the new economy of intellectual assets

Patents, designs and other means of protection of intangible assets are more relevant to our economy than ever. In a world of intensified global competition, the protection offered by intellectual property (IP) rights is an increasingly important means to the acquisition and retention of sustainable competitive advantage.

Today, machines, materials, drugs, and even crops, are conceived and developed in one part of the world and made in another. As the physical means of production are ever more separated from the authors of technological content, licence fees for IP rights become the connectors between different players in a globalized economy. Licence fee payments in the OECD countries alone amount to hundreds of billion Euros per year.

The importance of intellectual property as an asset and a business tool has increased concomittantly. The art and science of linking IP policy into the traditional framework of business strategy is only beginning to develop. Our goal is to help business leaders of technology-focused enterprises to stay ahead of the field.

Our approach ideally takes three steps:



business models

Although technology has intrinsic value, tangible weighty commercial value most likely flows from the individual products or processes enabled by that technology.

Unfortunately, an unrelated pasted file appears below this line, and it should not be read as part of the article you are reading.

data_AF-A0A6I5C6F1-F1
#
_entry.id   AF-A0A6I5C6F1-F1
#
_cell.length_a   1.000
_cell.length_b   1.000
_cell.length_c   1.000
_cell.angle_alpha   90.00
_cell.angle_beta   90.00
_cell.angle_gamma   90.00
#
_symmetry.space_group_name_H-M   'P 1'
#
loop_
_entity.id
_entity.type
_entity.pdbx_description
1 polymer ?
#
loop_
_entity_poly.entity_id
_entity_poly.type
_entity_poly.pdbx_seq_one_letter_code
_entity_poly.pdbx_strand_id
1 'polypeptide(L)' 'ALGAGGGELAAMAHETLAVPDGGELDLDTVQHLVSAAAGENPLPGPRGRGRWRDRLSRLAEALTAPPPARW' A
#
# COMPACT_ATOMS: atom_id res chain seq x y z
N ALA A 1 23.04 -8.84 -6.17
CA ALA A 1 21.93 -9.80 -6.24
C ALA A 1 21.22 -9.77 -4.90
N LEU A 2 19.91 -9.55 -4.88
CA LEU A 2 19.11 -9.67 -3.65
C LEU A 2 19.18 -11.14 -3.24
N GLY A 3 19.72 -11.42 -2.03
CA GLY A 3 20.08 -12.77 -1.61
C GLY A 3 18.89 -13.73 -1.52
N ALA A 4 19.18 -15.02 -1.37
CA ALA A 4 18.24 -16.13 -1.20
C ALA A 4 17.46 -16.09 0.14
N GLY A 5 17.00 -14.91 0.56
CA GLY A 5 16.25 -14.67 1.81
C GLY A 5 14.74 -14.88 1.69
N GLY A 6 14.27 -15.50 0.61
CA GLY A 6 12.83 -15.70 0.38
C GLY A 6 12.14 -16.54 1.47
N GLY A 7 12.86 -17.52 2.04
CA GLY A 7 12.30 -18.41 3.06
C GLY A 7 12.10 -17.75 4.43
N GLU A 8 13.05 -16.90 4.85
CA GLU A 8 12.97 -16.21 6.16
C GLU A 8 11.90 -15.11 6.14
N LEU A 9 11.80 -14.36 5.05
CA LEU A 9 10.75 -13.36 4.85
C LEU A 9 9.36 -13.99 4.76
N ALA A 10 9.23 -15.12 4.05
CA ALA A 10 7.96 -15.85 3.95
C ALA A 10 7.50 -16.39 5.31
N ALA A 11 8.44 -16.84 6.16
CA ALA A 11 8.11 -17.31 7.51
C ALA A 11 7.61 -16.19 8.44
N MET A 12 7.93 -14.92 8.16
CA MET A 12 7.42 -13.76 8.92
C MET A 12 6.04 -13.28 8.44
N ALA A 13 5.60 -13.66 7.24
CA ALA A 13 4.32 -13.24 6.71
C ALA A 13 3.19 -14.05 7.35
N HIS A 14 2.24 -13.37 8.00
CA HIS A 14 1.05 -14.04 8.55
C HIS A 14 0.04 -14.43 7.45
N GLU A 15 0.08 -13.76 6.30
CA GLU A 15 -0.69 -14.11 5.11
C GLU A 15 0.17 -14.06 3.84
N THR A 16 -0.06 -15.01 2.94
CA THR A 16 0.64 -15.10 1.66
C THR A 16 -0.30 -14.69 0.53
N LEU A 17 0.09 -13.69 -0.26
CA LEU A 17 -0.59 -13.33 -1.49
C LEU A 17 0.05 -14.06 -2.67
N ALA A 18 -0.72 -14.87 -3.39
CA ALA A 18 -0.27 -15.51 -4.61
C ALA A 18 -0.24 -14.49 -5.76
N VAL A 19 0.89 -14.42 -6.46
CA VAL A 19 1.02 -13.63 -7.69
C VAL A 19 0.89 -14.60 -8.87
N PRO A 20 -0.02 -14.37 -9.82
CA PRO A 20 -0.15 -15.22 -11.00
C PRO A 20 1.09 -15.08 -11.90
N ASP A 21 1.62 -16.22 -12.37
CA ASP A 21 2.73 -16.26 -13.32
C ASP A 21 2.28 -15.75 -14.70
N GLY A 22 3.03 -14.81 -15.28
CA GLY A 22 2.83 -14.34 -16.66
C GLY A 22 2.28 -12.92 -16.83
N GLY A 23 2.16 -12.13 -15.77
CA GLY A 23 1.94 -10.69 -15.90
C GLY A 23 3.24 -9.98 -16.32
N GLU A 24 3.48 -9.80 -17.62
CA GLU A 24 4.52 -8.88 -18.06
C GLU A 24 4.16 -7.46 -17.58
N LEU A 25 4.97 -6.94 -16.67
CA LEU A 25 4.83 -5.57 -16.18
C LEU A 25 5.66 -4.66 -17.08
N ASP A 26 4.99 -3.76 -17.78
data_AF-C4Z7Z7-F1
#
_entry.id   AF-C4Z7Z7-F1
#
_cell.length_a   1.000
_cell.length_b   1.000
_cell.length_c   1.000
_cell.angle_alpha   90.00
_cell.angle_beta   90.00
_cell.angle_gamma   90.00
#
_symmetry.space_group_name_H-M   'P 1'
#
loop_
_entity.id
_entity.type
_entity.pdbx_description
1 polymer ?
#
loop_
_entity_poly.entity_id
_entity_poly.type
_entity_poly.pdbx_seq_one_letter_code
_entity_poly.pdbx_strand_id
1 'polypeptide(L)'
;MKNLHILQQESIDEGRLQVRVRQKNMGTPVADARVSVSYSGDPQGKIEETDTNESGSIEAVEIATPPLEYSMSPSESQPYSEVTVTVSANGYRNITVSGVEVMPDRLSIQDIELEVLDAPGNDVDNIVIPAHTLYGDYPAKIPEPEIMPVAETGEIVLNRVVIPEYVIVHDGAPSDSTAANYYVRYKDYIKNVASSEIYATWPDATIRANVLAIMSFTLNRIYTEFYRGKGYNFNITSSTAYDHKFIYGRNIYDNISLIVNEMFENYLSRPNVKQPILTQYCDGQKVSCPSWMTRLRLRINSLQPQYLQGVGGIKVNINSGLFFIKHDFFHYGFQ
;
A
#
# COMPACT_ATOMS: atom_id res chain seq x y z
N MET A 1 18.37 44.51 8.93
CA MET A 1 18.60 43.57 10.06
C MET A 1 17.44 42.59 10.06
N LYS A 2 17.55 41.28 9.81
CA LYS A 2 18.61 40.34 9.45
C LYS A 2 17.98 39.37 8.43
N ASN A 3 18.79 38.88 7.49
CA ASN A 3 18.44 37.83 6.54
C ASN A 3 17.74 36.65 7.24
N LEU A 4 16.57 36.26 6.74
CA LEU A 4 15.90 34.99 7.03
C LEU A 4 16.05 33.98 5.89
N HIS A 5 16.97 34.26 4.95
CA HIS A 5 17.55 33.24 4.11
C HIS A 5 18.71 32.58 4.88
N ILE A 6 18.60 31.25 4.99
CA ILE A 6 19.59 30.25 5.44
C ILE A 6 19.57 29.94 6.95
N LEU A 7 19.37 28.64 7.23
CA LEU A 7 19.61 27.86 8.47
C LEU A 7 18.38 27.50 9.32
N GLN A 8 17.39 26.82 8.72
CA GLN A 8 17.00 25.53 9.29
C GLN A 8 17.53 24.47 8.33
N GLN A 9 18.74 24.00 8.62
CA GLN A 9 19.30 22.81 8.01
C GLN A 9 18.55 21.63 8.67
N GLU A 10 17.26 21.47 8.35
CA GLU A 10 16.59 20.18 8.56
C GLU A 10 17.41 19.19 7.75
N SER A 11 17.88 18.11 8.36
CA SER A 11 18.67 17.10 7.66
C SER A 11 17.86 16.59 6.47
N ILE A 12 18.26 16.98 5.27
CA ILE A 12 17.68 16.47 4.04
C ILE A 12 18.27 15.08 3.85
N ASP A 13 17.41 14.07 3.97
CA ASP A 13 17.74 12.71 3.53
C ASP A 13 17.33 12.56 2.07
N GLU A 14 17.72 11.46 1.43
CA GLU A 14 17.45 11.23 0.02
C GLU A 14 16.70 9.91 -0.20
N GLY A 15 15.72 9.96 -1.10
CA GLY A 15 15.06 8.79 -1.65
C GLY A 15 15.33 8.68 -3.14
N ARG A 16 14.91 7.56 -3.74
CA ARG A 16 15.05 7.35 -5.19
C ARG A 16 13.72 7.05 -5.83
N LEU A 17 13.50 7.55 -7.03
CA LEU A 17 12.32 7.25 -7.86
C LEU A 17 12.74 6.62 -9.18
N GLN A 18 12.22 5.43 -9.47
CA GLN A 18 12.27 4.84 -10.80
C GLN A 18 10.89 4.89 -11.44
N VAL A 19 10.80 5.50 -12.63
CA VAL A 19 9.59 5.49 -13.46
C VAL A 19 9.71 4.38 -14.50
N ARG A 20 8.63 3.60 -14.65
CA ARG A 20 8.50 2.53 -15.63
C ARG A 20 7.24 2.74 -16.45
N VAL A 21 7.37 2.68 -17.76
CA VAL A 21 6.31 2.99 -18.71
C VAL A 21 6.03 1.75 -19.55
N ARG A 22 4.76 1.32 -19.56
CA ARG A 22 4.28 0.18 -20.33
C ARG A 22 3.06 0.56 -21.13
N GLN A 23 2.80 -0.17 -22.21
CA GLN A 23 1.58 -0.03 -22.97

Different products lend themselves to IP protection in different ways. A new pharmaceutical „target“ as a tool for drug development may attract the attention of large pharma companies for a few years and command significant licence fees. The promise of hundreds of millions in revenues and fees over a decade or more, however, lies in the drug developed from that target.

The science of both products is closely related. The patenting and corporate development strategies employed to capture their respective value, however, are vastly different.

dependency and opportunity

Technology investment may be threatened by claims of ownership and dependency from third party IP holders.

The consequences of the threat of patent dependency can take different forms, from insecurity about the likelihood or cost of litigation to eroded margins or failed commercial projects. Awareness of the IP landscape surrounding one’s technology, and familiarity of ways to counter third-party-claims, contributes greatly to decision-making and successful IP strategic planning.

Likewise, knowledge of the IP landscape facilitates the recognition of business opportunities. Analysis of the scope of third-parties’ rights, and their extent in terms of territory and time, can help to realize previously uncharted opportunities.

rhythm and pacing

Patenting has its own timeline and rhythm, set by the irremovable time terms of the patent system. A technology development plan adapted to this rhythm optimises value. Important resources are wasted when patent strategy is planned after the invention is finished. Moreover, it is from this technology plan that financing and corporate structure evolves, to the benefit of key stakeholders.

corporate development

Fledgling technology companies often find financing and structuring much harder to tackle than the scientific or engineering problems at the core of their business.

A coherent IP policy that demonstrates tangible value in granted IP rights and which retains downstream development opportunities is instrumental in asserting the commercial opportunity to the financial world, facilitating funding.